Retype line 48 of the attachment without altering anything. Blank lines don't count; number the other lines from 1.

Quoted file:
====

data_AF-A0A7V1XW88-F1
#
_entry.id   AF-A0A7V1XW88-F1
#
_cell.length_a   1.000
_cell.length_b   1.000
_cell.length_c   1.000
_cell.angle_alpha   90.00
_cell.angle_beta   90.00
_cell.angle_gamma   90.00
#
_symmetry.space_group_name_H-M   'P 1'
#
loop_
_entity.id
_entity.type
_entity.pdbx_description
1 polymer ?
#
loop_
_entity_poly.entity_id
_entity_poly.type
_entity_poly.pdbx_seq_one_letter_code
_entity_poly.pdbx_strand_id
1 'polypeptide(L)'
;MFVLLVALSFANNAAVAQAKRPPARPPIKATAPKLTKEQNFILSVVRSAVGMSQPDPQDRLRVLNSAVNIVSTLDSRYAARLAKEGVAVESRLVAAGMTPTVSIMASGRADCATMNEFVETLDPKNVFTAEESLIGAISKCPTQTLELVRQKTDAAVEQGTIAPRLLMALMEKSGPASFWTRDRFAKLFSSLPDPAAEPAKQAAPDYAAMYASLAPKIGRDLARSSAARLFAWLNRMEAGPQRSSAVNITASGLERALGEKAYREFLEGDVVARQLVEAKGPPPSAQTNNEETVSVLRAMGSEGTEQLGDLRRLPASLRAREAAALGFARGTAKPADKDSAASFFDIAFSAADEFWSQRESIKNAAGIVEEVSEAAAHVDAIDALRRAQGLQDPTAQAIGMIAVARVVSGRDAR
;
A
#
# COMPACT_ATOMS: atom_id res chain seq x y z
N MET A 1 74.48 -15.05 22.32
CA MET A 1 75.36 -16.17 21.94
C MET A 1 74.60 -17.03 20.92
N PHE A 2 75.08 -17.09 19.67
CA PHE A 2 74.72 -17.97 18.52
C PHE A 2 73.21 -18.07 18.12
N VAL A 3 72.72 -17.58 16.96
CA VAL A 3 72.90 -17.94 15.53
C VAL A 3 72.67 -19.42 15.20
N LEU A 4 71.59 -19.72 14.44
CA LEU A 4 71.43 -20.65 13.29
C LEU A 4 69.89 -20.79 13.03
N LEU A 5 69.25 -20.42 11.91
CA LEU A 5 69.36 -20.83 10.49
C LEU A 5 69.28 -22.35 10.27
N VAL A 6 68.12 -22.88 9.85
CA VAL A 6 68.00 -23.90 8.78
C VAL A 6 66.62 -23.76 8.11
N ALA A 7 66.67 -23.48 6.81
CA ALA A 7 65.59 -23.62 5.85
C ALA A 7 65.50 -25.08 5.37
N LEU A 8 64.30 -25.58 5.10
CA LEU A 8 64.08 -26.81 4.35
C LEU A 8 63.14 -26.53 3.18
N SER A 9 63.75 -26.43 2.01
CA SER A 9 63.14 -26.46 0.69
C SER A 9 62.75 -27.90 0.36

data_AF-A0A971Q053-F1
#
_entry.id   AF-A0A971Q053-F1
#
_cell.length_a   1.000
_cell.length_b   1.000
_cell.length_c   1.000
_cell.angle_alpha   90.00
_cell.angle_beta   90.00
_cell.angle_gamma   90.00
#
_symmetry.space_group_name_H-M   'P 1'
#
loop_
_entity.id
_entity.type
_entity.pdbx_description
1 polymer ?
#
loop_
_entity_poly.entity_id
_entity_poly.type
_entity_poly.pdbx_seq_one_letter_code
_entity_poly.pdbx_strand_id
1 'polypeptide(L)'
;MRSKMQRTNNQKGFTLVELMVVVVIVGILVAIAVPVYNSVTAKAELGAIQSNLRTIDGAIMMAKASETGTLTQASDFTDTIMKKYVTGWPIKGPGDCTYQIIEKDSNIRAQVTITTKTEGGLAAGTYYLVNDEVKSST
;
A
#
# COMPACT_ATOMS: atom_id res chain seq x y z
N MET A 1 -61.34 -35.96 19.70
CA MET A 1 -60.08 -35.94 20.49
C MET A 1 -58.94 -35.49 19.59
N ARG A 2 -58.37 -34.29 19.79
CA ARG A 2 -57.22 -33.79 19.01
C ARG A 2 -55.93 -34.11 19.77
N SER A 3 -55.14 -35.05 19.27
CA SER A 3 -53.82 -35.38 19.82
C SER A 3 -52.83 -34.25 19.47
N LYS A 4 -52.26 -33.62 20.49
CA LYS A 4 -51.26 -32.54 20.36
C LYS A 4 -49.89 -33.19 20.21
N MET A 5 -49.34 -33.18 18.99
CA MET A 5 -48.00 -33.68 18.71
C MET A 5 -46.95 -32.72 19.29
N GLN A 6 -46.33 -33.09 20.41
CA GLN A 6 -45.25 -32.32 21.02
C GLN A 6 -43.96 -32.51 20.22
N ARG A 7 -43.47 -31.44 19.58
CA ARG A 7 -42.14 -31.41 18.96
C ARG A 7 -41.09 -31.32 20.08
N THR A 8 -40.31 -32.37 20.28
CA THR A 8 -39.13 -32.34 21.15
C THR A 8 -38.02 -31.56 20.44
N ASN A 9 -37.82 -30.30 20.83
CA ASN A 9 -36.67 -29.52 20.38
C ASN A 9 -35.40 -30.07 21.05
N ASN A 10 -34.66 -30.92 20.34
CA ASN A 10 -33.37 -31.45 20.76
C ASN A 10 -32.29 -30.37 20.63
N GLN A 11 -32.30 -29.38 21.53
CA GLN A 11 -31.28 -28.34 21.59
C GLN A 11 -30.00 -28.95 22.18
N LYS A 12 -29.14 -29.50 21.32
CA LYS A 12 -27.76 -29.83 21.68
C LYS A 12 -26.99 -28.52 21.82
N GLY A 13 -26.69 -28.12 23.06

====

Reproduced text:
C VAL A 6 66.62 -23.76 8.11